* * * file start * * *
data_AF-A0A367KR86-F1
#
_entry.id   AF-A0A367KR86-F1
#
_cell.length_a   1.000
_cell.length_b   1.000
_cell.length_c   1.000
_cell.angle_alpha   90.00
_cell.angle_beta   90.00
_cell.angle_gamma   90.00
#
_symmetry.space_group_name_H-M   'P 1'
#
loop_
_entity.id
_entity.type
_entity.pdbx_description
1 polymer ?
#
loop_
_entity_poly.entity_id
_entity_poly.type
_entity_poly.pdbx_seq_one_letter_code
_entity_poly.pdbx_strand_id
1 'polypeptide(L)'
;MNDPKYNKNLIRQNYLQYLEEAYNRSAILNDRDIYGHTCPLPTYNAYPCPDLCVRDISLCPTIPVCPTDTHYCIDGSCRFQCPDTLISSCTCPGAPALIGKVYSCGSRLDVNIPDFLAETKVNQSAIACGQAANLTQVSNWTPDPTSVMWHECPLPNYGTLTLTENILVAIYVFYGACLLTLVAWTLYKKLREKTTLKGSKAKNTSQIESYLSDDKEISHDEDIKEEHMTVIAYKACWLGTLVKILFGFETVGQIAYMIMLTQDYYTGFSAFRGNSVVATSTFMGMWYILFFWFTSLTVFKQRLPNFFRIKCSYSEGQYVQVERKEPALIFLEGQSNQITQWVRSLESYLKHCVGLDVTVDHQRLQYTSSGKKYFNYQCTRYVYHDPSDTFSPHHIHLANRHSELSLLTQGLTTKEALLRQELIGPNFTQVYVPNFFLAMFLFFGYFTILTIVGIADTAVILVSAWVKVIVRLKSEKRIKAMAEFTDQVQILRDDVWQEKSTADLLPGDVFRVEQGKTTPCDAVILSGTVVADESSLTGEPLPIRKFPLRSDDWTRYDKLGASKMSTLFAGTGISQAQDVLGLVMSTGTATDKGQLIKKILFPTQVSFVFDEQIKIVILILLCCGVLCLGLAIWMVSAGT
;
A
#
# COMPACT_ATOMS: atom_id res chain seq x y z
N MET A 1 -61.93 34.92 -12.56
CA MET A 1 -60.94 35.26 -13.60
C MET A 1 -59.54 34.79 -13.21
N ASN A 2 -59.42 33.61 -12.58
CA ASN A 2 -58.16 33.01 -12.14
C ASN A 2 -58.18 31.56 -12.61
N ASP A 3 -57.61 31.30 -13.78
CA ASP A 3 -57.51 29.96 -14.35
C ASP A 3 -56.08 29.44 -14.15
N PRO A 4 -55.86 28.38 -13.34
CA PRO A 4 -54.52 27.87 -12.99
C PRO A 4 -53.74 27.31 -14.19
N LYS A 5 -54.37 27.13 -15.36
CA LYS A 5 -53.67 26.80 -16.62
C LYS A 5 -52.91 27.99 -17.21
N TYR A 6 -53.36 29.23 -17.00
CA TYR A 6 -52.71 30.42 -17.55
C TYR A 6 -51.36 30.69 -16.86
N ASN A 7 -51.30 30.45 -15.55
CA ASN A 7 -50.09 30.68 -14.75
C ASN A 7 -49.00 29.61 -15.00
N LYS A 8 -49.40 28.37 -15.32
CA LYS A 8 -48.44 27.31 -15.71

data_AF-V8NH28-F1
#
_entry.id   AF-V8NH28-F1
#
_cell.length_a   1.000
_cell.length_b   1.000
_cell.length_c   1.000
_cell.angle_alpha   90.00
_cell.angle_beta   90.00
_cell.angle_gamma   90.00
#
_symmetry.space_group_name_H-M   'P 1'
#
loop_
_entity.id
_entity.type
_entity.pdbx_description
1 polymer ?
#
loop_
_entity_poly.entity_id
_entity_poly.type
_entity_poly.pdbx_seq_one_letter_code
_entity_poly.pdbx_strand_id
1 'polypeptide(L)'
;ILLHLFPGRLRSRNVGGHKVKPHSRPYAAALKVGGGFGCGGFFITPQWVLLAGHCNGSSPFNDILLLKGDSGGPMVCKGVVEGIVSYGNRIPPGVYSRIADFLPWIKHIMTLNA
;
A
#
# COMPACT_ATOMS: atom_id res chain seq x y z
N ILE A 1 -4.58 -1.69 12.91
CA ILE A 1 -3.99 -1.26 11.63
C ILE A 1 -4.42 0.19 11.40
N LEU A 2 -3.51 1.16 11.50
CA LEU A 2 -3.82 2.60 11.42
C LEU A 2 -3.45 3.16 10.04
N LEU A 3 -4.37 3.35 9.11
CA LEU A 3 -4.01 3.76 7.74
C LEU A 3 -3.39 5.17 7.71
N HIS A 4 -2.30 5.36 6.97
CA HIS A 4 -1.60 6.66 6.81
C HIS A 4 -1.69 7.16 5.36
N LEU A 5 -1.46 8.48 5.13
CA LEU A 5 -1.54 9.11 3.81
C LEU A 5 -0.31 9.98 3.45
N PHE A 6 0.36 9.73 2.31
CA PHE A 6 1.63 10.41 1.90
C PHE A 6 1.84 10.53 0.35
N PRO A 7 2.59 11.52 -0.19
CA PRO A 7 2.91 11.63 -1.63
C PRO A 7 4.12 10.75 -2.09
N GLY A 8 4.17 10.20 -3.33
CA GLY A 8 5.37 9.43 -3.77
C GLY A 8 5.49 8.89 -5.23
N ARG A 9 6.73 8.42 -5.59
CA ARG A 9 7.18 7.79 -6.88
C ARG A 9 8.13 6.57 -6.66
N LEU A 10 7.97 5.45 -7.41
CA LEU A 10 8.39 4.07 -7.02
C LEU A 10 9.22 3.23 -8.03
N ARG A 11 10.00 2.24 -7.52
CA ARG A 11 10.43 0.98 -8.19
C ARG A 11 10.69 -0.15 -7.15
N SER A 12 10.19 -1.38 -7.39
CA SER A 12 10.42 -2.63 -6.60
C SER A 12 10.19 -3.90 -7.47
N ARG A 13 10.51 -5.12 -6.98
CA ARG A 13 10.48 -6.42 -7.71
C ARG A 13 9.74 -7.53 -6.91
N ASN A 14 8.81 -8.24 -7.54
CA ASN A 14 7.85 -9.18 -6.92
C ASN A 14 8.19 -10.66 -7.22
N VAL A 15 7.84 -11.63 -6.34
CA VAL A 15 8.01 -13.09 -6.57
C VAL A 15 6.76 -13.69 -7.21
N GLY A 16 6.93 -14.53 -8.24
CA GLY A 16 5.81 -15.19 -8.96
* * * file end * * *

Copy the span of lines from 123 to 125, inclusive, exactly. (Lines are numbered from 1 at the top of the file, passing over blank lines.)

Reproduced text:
N ASN A 14 8.81 -8.24 -7.54
CA ASN A 14 7.85 -9.18 -6.92
C ASN A 14 8.19 -10.66 -7.22